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Author Topic: Maple Tree  (Read 3658 times)

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Offline firechief

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Maple Tree
« on: December 24, 2009, 09:47:25 AM »
Hello all and happy holidays.

Hope I have a simple question.  I was recently given permission by a local realty company to cut up a fallen maple tree near my house in a small wooded area.  The tree is about 2 1/2 feet in diameter and a good 50-60 feet tall. The only reason I know it is a maple is from the few old brown remnants of leaves.  I know this tree will produce quite a bit of firewood for me.  My question is: Are there any Maple trees that are softwood ? I mainly try to burn hardwoods and am hoping this tree is a hardwood as well.  Sorry I can't provide any more information.  Have a happy holiday.

Jim

Offline Phorester

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Re: Maple Tree
« Reply #1 on: December 24, 2009, 10:11:10 AM »
Well...... that's not really a simple question.... or maybe it is....., depending on how technical you want to get.   Living trees can be broadly classed as softwoods and hardwoods.  Softwoods are conifers and hardwoods are decidious trees. But then, hardwoods can be classified as soft hardwoods and  hard hardwoods.  Then, maples can be classified as soft maple or hard maple depending on the particular maple species.

So maple is a hardwood, but a particular maple species can be either a hard or a soft hardwood.  But on most lists of species suitability for firewood, any maple species is generally classified somewhere in the middle. 

I'd say you got some fair - good firewood there.  Not as good as oak, but better than aspen.
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Offline Brian Beauchamp

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Re: Maple Tree
« Reply #2 on: December 24, 2009, 01:04:40 PM »
Pretty much the same as what Phorester is saying, I think what is confusing is the terminology used between hard maple and soft maple. Maple is a hardwood, but the products of the individual species are lumped into those two general categories of hard maple (Sugar Maple, for example) and soft maple (Red Maple, etc.).

Offline DouginUtah

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Re: Maple Tree
« Reply #3 on: December 24, 2009, 01:43:22 PM »
http://www.forestryforum.com/board/index.php/topic,21955.68.html   Post #68

Ferric salt painted on the sapwood of maples will differentiate the "soft" maples from the "hard" maple groups. Blue stain indicates soft maple and green stain indicated hard maple.
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Offline firechief

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Re: Maple Tree
« Reply #4 on: December 27, 2009, 11:03:34 AM »
Any idea what kind of store would sell ferric salt ?

Offline DouginUtah

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Re: Maple Tree
« Reply #5 on: December 27, 2009, 12:28:25 PM »
"There is a test where you put a few drops of 5% sodium nitrite solution on the oak and if it turns dark colored, it is white oak. This test is 100%. "

In order to do the above test I went to the chemistry department at the local university. You might also try asking at a pharmacy. Or even at the local high school chemistry department.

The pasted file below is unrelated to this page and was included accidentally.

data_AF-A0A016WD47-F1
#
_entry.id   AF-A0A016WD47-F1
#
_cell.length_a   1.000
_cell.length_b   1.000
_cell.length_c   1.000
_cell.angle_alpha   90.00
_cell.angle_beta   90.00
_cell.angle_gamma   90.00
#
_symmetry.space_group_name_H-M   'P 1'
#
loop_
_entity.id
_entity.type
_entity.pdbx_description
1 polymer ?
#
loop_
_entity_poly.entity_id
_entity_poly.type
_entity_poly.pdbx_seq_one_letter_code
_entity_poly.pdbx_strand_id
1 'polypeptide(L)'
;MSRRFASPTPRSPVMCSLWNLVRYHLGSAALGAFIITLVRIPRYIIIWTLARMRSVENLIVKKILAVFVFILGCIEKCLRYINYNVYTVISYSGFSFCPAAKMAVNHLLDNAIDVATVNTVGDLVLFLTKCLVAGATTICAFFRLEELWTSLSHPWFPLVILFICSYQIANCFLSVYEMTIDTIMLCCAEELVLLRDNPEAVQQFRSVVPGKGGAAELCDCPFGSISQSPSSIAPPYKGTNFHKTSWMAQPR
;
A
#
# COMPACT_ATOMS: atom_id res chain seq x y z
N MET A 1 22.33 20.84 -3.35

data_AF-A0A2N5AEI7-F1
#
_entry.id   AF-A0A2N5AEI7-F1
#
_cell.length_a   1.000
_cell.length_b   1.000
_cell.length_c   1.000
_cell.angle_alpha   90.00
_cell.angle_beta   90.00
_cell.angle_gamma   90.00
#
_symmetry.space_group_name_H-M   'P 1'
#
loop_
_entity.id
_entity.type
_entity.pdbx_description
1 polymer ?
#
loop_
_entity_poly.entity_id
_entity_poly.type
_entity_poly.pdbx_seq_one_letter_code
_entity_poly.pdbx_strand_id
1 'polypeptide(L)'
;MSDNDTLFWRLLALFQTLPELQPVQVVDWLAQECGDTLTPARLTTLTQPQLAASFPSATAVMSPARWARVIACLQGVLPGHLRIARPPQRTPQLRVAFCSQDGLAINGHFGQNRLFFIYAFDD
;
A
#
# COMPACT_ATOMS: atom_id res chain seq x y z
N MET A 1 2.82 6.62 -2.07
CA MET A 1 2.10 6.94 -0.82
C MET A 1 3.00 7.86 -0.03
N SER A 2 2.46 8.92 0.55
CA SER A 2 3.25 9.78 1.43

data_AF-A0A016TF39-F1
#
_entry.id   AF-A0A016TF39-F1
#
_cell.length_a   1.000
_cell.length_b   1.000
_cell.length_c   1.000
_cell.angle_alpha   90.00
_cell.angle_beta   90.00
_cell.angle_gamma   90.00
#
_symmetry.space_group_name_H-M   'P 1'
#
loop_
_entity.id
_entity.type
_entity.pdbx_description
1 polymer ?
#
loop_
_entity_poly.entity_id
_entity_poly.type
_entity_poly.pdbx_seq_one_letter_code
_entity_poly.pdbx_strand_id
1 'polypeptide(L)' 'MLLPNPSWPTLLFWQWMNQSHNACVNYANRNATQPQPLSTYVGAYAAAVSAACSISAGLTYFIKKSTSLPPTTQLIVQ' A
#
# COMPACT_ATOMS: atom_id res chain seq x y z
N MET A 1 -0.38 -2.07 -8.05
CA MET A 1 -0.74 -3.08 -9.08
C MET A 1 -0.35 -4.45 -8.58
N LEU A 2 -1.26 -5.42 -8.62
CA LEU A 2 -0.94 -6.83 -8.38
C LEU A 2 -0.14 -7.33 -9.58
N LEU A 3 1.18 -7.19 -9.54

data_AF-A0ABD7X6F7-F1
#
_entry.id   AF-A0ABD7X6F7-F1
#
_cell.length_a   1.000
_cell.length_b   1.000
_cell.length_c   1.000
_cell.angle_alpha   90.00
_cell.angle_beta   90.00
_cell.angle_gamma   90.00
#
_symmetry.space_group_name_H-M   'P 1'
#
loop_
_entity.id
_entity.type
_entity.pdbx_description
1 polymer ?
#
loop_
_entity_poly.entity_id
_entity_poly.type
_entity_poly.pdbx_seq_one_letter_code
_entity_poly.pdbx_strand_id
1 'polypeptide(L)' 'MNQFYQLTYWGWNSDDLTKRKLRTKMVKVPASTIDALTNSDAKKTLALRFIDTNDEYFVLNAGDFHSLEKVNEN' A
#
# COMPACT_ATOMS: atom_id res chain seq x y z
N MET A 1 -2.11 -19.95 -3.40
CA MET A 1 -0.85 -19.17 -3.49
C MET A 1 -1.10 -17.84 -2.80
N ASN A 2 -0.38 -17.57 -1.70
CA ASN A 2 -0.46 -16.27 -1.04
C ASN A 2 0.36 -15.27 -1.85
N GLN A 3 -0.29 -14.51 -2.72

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Offline firechief

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Re: Maple Tree
« Reply #6 on: December 27, 2009, 03:10:12 PM »
Thanks Doug,
My curiousity has the best of me now as to what kind of Maple this is.  I live only 5 minutes from Notre Dame so I will give them a try.  Thanks again.

Jim

Offline SwampDonkey

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Re: Maple Tree
« Reply #7 on: December 27, 2009, 04:21:33 PM »
Any idea what kind of store would sell ferric salt ?

Try looking for a soluble fertilizer that controls moss, has around 17 % of ferrous sulfate. With a trained eye, it can be determined with a hand lens on the end grain by looking at the rays. They are uniform in soft maple and of two thicknesses in hard (one thick ray separated by several finer ones, then a thicker one and so on). Not for newbies. ;)
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Offline woodtroll

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Re: Maple Tree
« Reply #8 on: December 28, 2009, 11:13:56 AM »
It would be easier if you take a picture and post it here. We can give you all sorts of answers.

Offline firechief

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Re: Maple Tree
« Reply #9 on: December 28, 2009, 11:41:11 AM »
Thanks woodtroll

As soon as I can get over and start cutting I will do that.

Offline Dodgy Loner

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Re: Maple Tree
« Reply #10 on: January 05, 2010, 11:09:48 AM »
Dissolve some steel wool in dilute muriatic acid (both avaiable at your local hardware store) and you've got yourself a solution of iron chloride. Regardless of the species of maple, the firewood should be good.
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Offline climbncut

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Re: Maple Tree
« Reply #11 on: January 07, 2010, 11:27:18 PM »
You should be able to tell if its a silver maple or sugar maple just from making some cuts with the chain saw. Sugar is hard and dark redish-brownish color and silver is soft and light in color. If you determine its sugar, try to get the log to a mill and slab it up!
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Offline bill m

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Re: Maple Tree
« Reply #12 on: January 08, 2010, 07:52:05 PM »
Color of wood can be influenced by minerals and soil composition. Most all Sugar Maple I have seen has a real light color sometimes with a darker heartwood.
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